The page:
SENTINEL 7-29-2010
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Brutalizing Michael's Brothers?

Are angry Africans attacking?

by Firpo Carr

July 29, 2010

No, Michael Joseph Jackson's biological brothers-Jackie, Tito, Jermaine, Marlon, and Randy-are all fine. And Mother Africa (including Botswana, Cote d'Ivoire, Egypt, Ethiopia, Ghana, Kenya, Libya, Madagascar, Malawi, Morocco, Namibia, Nigeria, Rwanda, Senegal, South Africa, Sudan, Tanzania, Tunisia, and Uganda; all frequent visitors to my Web site) has nothing but love for the Jacksons.

MJ's own inimitable love for his brothers expanded to those he still considered his spiritual ones, namely, the "entire of association of [spiritual] brothers in the world" (1 Pet 5:9)-that is, Jehovah's Witnesses.

However, the same cannot apparently be said for Africa's Eritrean officials. The word is they have no love for JW families. One human rights specialist asks: "Why are there 2- and 3-year-olds in prison right now? Why are there 75-year-olds in prison?"

These realities, incomprehensibly, plunge Black-On-Black crime to a new mind-numbing low. And as the sole Sentinel International column (published in 32 languages at, America's most influential Black newspaper is speaking out.  

Why Persecuted?: Essentially, Eritrean Witnesses are imprisoned and otherwise persecuted for two reasons: (1) they refuse to kill their fellowman; (2) they meet in small groups to study the Bible.

"While known the world over as a group of devoted preachers," states one reporter close to the situation, "Jehovah's Witnesses in Eritrea have been the target of a brutal and protracted government-sponsored campaign of terror. All Witnesses have been stripped of their citizenship and the rights that go with it, apparently with the intent of breaking their faith or of wiping them out as a presence in that country."

When interviewed in his New York office, Philip Brumley, general counsel for Jehovah's Witnesses, reportedly said: "There is a misunderstanding about who we are. If the government would understand who we are, we are confident that this mistreatment will end."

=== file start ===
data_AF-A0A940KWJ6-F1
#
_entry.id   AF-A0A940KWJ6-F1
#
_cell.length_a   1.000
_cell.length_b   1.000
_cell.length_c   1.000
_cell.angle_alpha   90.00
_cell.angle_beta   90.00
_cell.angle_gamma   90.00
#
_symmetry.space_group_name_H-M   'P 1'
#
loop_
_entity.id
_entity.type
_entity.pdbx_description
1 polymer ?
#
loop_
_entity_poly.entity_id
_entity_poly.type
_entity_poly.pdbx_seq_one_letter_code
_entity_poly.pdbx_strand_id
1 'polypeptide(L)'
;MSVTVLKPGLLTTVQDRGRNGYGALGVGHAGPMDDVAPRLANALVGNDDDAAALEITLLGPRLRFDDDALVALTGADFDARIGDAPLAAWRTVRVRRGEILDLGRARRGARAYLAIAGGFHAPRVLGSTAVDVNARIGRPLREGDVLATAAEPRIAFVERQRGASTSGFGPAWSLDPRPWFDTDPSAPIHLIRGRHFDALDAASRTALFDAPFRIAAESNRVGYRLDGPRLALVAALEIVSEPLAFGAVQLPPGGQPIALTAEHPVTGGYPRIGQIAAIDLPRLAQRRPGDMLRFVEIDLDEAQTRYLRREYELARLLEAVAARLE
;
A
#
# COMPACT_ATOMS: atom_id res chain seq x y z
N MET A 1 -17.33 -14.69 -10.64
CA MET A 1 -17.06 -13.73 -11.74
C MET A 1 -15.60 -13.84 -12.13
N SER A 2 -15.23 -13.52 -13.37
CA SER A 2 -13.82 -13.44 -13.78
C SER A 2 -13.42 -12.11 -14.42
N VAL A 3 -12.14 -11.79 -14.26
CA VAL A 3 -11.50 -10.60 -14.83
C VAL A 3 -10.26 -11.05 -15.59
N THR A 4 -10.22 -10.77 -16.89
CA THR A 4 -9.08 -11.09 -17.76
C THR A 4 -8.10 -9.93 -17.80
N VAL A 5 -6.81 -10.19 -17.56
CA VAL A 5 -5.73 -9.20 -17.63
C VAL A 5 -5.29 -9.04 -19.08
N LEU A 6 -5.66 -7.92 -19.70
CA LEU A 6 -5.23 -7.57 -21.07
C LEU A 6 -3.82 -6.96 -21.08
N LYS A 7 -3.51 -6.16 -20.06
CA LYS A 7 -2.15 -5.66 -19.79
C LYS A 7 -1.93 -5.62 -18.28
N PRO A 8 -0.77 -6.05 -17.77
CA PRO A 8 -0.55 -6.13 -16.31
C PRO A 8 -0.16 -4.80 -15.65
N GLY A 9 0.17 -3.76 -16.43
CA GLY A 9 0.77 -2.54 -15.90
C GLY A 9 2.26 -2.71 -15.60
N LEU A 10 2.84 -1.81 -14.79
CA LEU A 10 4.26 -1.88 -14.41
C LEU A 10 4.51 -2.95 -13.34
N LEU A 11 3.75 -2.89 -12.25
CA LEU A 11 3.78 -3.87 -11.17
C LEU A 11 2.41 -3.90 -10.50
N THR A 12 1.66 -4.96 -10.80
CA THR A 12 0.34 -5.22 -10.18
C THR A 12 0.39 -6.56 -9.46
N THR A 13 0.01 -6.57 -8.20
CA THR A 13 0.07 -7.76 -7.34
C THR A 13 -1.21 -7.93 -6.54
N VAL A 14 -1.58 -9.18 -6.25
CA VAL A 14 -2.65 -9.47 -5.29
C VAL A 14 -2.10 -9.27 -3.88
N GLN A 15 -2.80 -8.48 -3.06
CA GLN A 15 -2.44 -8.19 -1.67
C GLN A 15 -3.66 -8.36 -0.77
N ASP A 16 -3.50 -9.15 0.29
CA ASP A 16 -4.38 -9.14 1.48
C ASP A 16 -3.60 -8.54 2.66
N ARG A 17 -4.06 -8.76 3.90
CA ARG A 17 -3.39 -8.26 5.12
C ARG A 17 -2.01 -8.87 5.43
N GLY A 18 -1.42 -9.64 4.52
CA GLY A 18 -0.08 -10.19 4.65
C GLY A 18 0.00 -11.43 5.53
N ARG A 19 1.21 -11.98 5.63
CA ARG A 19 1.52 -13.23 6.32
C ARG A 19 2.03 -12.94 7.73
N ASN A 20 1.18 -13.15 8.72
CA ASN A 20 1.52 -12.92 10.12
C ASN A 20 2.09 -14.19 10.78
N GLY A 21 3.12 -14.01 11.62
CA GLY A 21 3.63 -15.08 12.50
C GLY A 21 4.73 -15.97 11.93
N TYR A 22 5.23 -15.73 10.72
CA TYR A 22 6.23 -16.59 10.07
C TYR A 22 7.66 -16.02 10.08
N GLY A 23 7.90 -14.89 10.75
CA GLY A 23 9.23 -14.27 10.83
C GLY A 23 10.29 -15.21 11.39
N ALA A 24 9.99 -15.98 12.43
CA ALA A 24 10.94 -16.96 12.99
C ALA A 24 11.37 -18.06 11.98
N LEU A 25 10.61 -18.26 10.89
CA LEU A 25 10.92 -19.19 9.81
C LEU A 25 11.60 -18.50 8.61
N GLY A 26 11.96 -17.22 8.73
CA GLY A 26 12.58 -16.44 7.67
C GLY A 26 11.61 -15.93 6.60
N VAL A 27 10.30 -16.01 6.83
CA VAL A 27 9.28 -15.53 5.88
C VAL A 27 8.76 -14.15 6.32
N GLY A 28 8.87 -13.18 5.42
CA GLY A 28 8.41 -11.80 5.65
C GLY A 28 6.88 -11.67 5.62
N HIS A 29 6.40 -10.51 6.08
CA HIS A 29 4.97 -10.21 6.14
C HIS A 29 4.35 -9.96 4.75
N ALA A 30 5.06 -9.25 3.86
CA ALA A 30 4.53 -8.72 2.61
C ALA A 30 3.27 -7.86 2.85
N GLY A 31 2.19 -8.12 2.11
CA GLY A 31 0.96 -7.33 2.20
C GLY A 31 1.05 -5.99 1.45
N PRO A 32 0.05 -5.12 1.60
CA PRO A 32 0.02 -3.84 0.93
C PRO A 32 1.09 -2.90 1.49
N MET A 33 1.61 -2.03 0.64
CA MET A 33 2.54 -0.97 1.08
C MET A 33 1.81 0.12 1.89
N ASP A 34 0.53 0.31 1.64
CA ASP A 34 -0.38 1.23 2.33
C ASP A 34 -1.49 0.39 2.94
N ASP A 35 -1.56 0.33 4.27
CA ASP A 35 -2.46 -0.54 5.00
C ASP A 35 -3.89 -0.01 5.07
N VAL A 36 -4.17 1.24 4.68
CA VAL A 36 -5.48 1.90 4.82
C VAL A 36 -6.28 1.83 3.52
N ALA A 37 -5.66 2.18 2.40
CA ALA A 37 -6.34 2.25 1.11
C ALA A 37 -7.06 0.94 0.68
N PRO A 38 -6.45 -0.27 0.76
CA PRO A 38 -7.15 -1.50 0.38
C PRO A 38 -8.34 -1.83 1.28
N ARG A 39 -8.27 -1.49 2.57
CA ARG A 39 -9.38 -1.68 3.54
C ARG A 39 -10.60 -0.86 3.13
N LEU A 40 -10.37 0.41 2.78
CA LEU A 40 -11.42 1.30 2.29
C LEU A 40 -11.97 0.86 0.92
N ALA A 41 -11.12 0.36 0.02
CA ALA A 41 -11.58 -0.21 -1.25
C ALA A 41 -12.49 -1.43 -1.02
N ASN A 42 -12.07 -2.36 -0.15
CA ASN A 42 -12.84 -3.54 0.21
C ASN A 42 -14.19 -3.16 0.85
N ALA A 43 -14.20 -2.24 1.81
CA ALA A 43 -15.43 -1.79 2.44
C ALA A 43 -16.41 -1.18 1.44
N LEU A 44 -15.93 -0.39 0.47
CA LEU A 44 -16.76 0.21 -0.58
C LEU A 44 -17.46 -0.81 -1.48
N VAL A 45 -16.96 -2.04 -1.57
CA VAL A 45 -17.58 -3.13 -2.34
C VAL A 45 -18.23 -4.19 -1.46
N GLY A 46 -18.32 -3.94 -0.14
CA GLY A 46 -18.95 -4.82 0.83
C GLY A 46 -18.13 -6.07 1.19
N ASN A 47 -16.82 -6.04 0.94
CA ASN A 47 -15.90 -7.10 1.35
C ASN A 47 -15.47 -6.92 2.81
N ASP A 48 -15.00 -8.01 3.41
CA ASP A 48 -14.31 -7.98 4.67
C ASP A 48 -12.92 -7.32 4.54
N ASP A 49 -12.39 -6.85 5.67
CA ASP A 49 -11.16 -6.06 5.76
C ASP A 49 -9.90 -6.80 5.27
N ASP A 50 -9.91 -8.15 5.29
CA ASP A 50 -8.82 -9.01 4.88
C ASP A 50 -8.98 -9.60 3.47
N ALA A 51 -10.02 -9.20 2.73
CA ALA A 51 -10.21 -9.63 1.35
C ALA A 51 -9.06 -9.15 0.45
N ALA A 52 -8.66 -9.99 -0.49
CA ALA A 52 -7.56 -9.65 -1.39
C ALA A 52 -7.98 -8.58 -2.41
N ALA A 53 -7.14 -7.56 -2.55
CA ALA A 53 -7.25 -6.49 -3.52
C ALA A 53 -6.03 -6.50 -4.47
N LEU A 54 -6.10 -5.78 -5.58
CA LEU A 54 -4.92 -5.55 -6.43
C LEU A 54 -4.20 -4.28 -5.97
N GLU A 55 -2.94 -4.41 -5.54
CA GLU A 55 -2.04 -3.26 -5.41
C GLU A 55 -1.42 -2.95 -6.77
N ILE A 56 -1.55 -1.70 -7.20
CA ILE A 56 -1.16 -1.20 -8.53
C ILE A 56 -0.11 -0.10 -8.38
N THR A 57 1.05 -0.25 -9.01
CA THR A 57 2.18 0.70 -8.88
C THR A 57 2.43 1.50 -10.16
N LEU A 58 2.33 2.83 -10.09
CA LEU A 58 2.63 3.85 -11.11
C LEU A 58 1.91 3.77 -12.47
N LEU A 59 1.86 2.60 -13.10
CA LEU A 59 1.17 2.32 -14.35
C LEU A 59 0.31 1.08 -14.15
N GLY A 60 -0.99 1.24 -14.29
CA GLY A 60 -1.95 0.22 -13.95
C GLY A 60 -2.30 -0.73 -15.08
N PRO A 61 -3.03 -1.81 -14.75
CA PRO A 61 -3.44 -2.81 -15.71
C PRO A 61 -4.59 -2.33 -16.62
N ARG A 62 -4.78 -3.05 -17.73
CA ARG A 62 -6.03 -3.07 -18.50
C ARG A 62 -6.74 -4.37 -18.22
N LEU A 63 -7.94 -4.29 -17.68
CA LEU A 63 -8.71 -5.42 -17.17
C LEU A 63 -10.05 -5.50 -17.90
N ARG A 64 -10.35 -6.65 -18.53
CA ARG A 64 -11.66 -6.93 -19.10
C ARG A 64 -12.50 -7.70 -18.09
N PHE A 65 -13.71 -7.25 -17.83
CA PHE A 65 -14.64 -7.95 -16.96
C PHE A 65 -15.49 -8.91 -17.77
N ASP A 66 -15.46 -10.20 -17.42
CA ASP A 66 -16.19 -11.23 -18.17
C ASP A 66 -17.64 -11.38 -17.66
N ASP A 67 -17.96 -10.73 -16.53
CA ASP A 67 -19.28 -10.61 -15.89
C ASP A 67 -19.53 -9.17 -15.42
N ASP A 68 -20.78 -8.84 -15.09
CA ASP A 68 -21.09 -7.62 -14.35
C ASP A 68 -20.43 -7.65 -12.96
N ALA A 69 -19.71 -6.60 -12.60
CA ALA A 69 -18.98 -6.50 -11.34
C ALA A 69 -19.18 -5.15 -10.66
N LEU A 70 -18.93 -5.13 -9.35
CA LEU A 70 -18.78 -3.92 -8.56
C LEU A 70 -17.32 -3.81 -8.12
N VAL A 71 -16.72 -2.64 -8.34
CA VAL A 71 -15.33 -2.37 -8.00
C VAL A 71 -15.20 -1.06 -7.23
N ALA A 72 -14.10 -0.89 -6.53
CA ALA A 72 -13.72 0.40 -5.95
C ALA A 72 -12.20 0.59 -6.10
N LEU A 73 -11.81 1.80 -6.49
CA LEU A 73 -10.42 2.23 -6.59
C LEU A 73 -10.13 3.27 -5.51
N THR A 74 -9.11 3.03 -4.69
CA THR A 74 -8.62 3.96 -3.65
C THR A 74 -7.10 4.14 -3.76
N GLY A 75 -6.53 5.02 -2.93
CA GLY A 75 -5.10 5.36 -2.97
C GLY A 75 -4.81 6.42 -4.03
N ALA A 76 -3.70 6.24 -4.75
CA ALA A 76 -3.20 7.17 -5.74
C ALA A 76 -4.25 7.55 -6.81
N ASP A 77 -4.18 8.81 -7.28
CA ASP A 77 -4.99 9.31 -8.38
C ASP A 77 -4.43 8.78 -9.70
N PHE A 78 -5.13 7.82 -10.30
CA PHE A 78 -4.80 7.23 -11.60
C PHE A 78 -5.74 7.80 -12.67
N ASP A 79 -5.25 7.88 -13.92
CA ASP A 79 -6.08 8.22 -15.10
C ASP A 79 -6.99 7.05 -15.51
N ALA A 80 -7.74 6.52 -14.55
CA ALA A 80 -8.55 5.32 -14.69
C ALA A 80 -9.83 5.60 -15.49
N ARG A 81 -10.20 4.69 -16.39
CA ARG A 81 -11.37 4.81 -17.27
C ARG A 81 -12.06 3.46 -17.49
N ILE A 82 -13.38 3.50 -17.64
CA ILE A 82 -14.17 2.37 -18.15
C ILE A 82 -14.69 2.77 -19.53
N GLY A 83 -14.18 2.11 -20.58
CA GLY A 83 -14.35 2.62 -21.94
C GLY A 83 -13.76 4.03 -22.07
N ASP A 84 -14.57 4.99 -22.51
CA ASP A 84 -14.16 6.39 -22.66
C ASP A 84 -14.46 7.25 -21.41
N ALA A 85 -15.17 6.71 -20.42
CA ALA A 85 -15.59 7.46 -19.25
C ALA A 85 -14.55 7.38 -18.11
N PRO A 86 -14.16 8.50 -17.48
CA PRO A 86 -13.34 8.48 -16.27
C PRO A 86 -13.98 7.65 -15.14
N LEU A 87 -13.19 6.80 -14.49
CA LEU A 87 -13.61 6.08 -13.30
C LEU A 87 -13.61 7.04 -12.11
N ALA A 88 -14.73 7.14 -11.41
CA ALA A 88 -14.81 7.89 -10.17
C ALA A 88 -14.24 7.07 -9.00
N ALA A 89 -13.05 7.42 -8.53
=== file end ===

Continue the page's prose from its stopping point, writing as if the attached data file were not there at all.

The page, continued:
Outside Sources: Reportedly, a December 2005 report by Amnesty International on religious persecution in Eritrea states: "The detention of individuals solely because of their religious beliefs is part of the general denial of the rights to freedom of expression and association in Eritrea, as well as other grave violations of basic human rights."

It then continues: "These violations of the right to freedom of thought, conscience and religion are contrary to international law, as well as the Constitution of Eritrea." Jonah Fisher, a former BBC correspondent living in Asmara, reportedly spotlighted the government's "repression of religion" according to a BBC report published in 2004. Fisher quotes yet another journalist who is said to have witnessed firsthand human rights violations. "All of these things are just happening repeatedly over and over ... [to] ... Jehovah's Witnesses."

Nazi Communists?: The Witnesses date back to the 1940s in Eritrea. But since 1995, more than 250 families had fled the country. Over 100 have lost jobs, and at least 38 were denied business licenses. Some 37 families have been expelled from homes.

Paulos Eyassu, Negede Teklemariam, and Isaac Mogos-all JWs-have been imprisoned since 1994, "isolated from families and community, despite the fact that the maximum penalty for conscientious objection under Eritrean law is three years." Though Eritrean officials reportedly profess communism, these disturbing moves smack of Nazi tactics.

Cuba, Carr, & the Kremlin: Must I boast about my knowledge of Africans, communism, and Nazis? (1 Cor 1:31; compare Philippians 3:5-11) When I visited Cuba, Fidel Castro had me on national TV; I was an honored guest of the communist Soviet government; I wrote the best-selling book, Germany's Black Holocaust: 1890-1945; I was the spokesman for the son of the legendary Patrice Lumumba as we appeared before the distinguished Los Angeles City Council.

Since 1993 I've written four volumes on African American Witnesses, and was invited to coauthor an article in the prestigious, authoritative two-volume encyclopedia set, African American Religious Cultures (2009). Finally, my work has been recognized by Legacy, "Africa's leading magazine on social issues." 

As the leading authority on African American JWs, I am stunned and outraged by the allegations. My Abyssinian (Ethiopian and Eritrean) friends have been shocked into silence. Randy Jackson and I talked of traveling to countries hostile to the Witnesses to explain the innocuous nature of their message. We just might start with Eritrea.

Can you imagine Michael's children-or any children-imprisoned for simply reading the Bible? For starters, join me in contacting the Embassy Of Eritrea, 1708 New Hampshire Avenue Northwest, Washington, DC, 20009-2502, (202) 319-1991. The brutality must stop. Please, save the children. Peace and blessings. Amen.

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